‘Maze Runner: The Scorch Trials’ moves too fast to tell a story

17 Sep 2015 | Author: | No comments yet »

‘Maze Runner: The Scorch Trials’: Action-driven sequel with Dylan O’Brien and Patricia Clarkson (Review).

If The Scorch Trials, the sequel to The Maze Runner (2014), has one obvious weakness, it’s that the movie — like a still-toddering child — really doesn’t stand on its own.

When we last met Thomas and his teenage companions from “The Maze Runner,” the amnesiac heroes of that dystopian thriller were being whisked away, by helicopter, from their mysterious confinement inside a deadly maze.”Maze Runner: The Scorch Trials”: Aris, Winston and Thomas (Jacob Lofland, Alexander Flores and Dylan O’Brien, from left) discover there are worse things than the maze. (20th Century Fox) CLEVELAND, Ohio – It’s not supposed to work this way.

As its sequel, “The Scorch Trials,” begins, they are being held in another, seemingly impenetrable detention facility, under the supervision of a man (Aidan Gillen) who tells them that they’re on the way to a “sanctuary” where the folks who locked them up in the first movie will never be able to find them again. “How does that sound?’ he asks, with all the sincerity of a politician. The film picks up immediately after the original, with the survivors Thomas et al alighting from a helicopter into a desolate desert landscape before being hustled inside a fortified compound by agents from World in Catastrophe Killzone experiment Department. Even if you’re not familiar with the Y.A. trilogy by James Dasher on which these films are based, anyone who saw the first film knows that no one in this expanding cinematic “Maze” universe is to be trusted. Before long, Thomas — aided by a new character, Aris (Jacob Lofland) — discovers exactly what the people from WCKD want from the young people and it ain’t pretty.

The element of suspicion will serve you well in a sequel — gripping and well shot but overly busy and filled with betrayal — that soon has Thomas (Dylan O’Brien) and company on the lam from their saviors and dodging an obstacle course that includes a sandstorm, zombielike creatures called cranks, lightning, distrustful rebels and a doped-up human trafficker (Alan Tudyk) who lures adolescent victims with a creepy rave. In this latest episode, set in a wasteland of dust and rust, the characters are warned early on that any attempt to traverse the desolate terrain would be futile. After a daring escape, they find themselves wandering through sun-scorched sand dunes and derelict cities and trying to stay out of the clutches of their former captors and “cranks,” zombielike humans infected with the “flair.” If only they can connect with the Right Arm resistance movement, they might find sanctuary at last. Ah, but lest we underestimate the ingenuity of inexperienced amateurs, the team led by Thomas weighs the pro of escape against the con of potential death facing scorching heat and makes its getaway. As has become commonplace in the cinema, the first fatality on the team is non-white, which merely underlines the refusal of the filmmakers to engage in any kind of creativity.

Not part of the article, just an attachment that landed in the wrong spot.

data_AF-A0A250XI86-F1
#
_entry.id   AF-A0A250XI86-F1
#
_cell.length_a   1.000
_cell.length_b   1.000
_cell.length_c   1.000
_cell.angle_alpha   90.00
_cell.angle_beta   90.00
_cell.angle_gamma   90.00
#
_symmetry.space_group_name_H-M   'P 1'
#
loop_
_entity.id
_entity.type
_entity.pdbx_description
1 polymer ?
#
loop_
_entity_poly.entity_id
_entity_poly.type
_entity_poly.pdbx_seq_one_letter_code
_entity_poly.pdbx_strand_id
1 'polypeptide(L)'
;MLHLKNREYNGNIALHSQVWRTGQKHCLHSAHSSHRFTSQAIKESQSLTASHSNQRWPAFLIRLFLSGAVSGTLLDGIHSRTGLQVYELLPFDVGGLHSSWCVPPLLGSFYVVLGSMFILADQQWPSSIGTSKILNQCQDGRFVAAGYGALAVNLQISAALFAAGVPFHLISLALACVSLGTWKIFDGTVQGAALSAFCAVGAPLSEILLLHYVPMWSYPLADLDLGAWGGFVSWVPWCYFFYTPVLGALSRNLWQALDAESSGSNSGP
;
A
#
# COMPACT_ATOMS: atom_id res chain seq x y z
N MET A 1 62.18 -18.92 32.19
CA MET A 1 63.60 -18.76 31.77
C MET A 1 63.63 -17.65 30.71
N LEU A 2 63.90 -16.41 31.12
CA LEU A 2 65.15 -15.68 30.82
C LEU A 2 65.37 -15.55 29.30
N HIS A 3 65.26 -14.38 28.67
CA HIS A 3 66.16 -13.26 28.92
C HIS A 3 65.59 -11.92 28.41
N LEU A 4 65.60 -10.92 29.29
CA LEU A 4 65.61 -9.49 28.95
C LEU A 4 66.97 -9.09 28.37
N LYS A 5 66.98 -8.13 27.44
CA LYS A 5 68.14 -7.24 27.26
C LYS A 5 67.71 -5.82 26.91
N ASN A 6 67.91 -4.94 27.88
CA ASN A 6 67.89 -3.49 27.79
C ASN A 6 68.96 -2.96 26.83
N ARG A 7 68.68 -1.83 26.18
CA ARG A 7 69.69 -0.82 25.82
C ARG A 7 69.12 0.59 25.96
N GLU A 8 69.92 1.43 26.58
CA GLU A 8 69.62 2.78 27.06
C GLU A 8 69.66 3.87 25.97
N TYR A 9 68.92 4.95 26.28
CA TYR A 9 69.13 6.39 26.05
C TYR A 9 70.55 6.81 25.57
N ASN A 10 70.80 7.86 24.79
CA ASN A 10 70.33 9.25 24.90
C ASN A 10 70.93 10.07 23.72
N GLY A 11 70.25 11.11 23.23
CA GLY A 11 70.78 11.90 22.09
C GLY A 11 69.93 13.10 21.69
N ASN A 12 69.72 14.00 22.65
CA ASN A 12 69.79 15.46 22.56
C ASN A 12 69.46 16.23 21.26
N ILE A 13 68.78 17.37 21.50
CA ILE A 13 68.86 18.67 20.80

One long scene takes place in a former shopping mall, where the six-member team find themselves on the first night, but the shots are so dimly lit we can barely make out what is going on, and it is laughable that this refuge is conveniently located less than a stone’s throw from the detention facility from which they had just escaped. Rosa Salazar is a welcome addition to the cast as feisty Brenda, a nice counterpart to the anemic Teresa (Kaya Scodelario); Giancarlo Esposito is fun as the treacherous Jorge. After surviving the bizarre traumas of the maze and learning a few things about WCKD, the World Catastrophe Killzone Department run by the cold, calculating Dr.